I just got back from a business trip to San Diego. It was beautiful- sunny and seventy-five degrees all week long. I ate every meal outside (all the restaurants have outdoor seating!) and I got a tan. A little one, but still. A legit tan. When my plane was landing, the pilot announced that Seattle weather was currently “raining and around 40 degrees”. I wanted to cry and beg the plane to turn around take me back.
A weird thing happens to a lot of Northwest locals where they start to actually kind of LIKE the rain. Like, in the summer, we’ll have a cloudy day and they’ll be relieved. They’ll say, “thank God it’s raining! I was getting so sick of all that sun.” It takes everything in me not to lash out violently towards these people.
My husband will tell you that I was depressed for the first few hours I was home. I started bugging him about moving to San Diego, and he rightfully noted that a move is not a decision to be based solely on weather. (There are many other reasons to move to San Diego, but I’ll work on him with those). I needed a plan to help me survive the next few months until spring… and then through the rainy spring into summer. I came up with some goals that I think will help me not only survive, but hopefully thrive until the Northwest’s Heaven season is upon us.
- Buy flowers. Lots of flowers. There’s not much quality outdoor time during winter in my neck of the woods. It’s mostly cold, grey and raining. It’s hard not to feel cooped up and disconnected with nature. I’ve decided to always have a vase if fresh flowers somewhere in my house to help remind me that summer exists SOMEWHERE in the world, even if it’s not in my neighborhood.
- Take time away. The trip to Southern California helped me realized how much it helps to get out of the rain for a few days. While there, I was waking up early and more productive than ever. I came home feeling more energetic than I had in a while. If I need to, I’m going to take another trip to wherever there’s sunshine.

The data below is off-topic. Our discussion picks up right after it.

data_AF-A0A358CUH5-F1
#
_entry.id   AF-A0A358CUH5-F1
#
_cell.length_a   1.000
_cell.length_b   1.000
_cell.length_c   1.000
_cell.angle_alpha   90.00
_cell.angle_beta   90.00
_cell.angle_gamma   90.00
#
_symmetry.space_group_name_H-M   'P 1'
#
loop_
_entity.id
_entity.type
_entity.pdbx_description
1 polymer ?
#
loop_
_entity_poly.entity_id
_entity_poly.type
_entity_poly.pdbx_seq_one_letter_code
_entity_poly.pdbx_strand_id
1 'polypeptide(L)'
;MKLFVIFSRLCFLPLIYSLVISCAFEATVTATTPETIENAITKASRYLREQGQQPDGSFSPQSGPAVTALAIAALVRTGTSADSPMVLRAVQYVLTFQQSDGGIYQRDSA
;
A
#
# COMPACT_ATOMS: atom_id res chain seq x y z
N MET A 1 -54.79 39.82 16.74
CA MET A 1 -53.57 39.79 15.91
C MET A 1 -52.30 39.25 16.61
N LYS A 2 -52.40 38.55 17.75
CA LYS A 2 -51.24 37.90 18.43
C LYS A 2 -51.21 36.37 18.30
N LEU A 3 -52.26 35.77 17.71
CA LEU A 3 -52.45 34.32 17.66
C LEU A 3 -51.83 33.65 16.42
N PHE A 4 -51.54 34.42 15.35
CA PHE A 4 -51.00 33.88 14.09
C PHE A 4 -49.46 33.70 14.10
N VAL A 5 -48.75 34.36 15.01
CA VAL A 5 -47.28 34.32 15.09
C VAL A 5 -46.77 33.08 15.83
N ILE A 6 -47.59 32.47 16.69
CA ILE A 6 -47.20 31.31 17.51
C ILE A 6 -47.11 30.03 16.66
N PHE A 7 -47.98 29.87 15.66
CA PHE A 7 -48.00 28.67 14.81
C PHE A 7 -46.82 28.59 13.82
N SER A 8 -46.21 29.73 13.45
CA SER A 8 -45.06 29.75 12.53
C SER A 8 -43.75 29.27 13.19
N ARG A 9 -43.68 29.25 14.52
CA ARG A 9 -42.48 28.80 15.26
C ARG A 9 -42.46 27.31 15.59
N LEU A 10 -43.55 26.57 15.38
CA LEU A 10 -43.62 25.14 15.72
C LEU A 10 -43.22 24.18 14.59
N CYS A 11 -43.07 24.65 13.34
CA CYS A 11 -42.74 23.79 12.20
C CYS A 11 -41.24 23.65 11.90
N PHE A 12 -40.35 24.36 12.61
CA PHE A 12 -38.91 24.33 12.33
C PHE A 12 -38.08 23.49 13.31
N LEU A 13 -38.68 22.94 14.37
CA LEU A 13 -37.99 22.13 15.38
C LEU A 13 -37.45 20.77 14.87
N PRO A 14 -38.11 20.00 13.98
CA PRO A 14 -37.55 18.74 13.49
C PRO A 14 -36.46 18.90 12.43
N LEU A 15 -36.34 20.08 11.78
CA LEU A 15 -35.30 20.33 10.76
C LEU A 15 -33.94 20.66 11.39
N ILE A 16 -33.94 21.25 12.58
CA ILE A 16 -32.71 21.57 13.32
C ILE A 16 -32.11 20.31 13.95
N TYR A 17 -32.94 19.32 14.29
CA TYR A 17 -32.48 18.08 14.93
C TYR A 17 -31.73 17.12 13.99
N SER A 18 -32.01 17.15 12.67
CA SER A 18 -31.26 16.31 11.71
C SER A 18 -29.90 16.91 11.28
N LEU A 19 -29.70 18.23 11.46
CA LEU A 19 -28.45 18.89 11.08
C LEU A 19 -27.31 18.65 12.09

- Use my happy light. There is a lot of evidence and research backing the efficacy of full-spectrum lights in helping one’s mood. Granted, sitting next to a bright lamp doesn’t feel nearly as good as basking in the sunshine, but I’m a believer in trying whatever might help.
- Plan summertime adventures. I went ahead and booked a camping trip for late July, and I’m hard at work figuring out meal plans and guests. It’s six months away, but looking at pictures of beautiful Lake Blanca and thinking about fun Northwest summer adventures is keeping me afloat.
- Keep my blinds and curtains open. Greg and I have gotten into the habit of leaving curtains closed because it’s a pain to open and close them every day. However, I’m realizing that I need to take advantage of every little sunbeam that comes my way. I’m not doing myself any favors by making my house even darker than it needs to be.
- Move. I am seriously considering what it would look like to move south in a few years. Maybe some people just aren’t built for the rain. If I’m one of them, it would be nice to spend at least a few years in the sun- though I know I’ll always end up back in the rainy Northwest.
Do you have any strategies that help you survive bad weather in winter? Help a girl out!